More than a half-century of lingering Cold War enmity came to an abrupt but quiet end just after midnight as the United States and Cuba restored full diplomatic relations. The new era began with little fanfare when an agreement between the two nations to resume normal ties on July 20 came into force and the diplomatic missions of each country were upgraded from interests sections to embassies. The historic shift will be publicly memorialized later today when Cuban officials formally inaugurate their embassy in Washington and Cuba's flag flies for the first time since the countries severed ties in 1961. Secretary of State John Kerry will then meet his Cuban counterpart, Bruno Rodriguez, and address reporters at a joint news conference.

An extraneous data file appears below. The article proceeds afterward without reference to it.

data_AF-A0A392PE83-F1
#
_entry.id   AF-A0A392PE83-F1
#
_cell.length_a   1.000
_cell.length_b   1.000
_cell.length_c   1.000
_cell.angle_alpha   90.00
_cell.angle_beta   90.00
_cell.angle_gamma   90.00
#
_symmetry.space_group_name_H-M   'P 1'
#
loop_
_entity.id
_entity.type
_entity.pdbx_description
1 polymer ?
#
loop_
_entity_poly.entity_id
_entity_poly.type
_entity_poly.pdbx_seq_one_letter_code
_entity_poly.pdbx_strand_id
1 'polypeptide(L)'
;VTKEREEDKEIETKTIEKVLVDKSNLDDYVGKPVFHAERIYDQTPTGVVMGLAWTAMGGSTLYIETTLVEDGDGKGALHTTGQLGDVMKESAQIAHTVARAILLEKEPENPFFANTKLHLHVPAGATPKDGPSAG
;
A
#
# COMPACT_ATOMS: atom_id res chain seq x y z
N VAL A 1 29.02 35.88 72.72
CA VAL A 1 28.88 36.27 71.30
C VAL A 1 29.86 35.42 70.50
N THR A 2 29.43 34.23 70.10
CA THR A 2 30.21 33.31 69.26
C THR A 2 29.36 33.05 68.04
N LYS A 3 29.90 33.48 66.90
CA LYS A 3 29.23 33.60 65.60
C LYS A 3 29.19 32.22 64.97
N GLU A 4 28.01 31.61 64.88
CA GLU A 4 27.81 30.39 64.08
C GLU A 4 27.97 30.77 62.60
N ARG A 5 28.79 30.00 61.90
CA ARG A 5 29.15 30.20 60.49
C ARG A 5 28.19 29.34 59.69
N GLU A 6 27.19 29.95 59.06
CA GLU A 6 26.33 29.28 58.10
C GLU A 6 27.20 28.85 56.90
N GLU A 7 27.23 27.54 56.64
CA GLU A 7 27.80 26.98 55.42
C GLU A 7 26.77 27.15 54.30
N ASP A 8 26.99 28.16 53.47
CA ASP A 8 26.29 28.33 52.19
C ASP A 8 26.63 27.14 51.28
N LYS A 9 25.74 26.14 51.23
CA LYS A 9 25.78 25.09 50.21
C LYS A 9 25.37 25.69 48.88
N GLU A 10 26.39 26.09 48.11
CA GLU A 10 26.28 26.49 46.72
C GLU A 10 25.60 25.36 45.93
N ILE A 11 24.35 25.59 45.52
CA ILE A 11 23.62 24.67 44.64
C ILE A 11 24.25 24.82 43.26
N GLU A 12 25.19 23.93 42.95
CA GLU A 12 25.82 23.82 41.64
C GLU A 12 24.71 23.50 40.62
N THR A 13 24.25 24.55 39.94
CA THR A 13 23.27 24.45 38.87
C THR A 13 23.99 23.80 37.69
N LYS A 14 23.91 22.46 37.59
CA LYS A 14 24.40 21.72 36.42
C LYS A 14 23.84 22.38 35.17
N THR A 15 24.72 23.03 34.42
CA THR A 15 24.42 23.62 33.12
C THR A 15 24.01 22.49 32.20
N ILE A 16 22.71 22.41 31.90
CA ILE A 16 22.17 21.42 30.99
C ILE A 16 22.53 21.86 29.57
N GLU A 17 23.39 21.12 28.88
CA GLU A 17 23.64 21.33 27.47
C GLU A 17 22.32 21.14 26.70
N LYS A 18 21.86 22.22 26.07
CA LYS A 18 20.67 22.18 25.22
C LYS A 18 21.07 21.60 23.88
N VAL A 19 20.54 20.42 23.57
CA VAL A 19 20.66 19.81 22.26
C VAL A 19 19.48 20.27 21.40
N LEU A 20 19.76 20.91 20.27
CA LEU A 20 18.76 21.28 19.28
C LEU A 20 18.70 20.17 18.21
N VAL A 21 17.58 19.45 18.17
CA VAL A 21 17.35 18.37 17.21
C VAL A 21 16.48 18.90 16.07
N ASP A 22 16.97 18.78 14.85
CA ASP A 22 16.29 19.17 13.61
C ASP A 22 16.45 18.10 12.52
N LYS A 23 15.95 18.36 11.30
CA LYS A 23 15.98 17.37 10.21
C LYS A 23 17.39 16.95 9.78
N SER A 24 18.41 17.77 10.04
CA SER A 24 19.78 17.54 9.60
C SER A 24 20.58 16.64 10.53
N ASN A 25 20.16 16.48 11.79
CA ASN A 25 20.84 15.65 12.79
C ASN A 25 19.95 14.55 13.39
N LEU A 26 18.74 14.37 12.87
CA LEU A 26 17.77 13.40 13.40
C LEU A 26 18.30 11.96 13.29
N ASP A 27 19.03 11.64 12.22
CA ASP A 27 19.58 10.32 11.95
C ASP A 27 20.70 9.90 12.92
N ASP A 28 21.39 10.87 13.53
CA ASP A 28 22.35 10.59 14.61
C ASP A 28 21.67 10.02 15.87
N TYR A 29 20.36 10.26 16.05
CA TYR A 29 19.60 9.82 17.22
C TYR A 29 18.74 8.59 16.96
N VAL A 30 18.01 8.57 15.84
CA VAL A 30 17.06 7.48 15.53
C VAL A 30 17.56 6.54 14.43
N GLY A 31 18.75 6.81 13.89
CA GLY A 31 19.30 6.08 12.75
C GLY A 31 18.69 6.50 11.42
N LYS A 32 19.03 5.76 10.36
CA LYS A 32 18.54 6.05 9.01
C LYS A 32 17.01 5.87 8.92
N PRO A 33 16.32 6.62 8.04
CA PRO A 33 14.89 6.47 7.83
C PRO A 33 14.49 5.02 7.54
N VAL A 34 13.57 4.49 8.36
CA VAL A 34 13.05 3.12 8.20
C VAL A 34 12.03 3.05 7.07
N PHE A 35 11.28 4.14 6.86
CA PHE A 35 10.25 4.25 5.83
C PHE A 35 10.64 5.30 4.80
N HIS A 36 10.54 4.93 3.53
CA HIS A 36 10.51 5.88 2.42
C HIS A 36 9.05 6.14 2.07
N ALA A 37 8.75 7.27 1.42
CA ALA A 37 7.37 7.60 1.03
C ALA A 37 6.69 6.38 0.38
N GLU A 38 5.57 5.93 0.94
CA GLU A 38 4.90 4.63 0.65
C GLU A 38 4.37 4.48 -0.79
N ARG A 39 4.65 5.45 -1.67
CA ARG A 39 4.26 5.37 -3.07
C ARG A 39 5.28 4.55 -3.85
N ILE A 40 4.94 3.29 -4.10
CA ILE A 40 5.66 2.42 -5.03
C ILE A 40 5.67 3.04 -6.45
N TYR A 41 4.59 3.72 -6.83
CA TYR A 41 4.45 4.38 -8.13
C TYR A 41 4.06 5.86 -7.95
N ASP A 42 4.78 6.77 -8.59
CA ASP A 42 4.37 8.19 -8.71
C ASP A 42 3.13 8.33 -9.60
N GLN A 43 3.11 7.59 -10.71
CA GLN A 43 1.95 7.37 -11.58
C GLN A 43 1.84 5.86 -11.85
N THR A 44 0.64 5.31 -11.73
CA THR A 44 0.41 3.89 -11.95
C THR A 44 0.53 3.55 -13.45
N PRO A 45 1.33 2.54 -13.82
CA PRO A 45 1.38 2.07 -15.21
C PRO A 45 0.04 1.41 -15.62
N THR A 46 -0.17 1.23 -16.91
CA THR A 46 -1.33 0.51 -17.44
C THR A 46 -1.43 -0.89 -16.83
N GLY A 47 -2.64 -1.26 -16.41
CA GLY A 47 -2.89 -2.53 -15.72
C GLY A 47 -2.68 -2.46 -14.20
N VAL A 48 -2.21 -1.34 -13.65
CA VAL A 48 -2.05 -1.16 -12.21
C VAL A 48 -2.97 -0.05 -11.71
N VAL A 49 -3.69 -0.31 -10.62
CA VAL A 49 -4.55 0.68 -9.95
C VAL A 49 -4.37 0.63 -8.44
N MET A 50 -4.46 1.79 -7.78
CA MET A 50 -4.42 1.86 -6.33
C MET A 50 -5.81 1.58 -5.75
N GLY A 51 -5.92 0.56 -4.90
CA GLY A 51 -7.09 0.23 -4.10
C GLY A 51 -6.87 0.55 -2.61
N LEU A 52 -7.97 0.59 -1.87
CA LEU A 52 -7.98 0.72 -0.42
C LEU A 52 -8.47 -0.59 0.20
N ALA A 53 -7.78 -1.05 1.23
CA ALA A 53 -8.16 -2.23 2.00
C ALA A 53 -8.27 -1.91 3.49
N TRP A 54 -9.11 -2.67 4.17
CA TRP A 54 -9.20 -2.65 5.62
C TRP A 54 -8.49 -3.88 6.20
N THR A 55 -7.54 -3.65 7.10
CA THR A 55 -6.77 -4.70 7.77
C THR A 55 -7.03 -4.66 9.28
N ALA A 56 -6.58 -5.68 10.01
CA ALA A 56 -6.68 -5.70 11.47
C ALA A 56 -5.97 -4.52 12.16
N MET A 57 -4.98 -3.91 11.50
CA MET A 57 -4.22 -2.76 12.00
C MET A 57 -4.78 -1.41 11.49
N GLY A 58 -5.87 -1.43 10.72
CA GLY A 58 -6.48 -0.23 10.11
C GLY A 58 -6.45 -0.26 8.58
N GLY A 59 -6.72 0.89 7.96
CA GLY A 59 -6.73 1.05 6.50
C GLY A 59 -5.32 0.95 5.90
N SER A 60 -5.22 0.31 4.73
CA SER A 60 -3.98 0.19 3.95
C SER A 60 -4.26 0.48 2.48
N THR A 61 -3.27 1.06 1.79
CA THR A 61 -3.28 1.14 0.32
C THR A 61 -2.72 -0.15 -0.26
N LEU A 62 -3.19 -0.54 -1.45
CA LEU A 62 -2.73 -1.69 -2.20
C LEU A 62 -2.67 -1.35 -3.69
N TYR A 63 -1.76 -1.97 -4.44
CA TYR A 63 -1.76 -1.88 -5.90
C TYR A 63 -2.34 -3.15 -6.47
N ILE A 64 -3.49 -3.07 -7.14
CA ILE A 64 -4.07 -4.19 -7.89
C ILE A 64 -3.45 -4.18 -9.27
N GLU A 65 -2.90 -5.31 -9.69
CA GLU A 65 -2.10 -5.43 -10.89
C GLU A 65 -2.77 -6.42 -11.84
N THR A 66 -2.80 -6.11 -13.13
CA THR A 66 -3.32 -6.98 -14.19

The US Interests Section in Havana plans to announce its upgrade to embassy status in a written statement today, but the Stars and Stripes will not fly at the mission until Kerry visits in August for a ceremonial flag-raising. The Cuban Interests Section in Washington switched its Twitter account to say "embassy," one of a series of similar changes being made to the two countries' social media accounts. Conrad Tribble, deputy chief of mission for the United States in Havana, tweeted: "Just made first phone call to State Dept. Ops Center from United States Embassy Havana ever. It didn't exist in Jan 1961." (Read more Cuba stories.)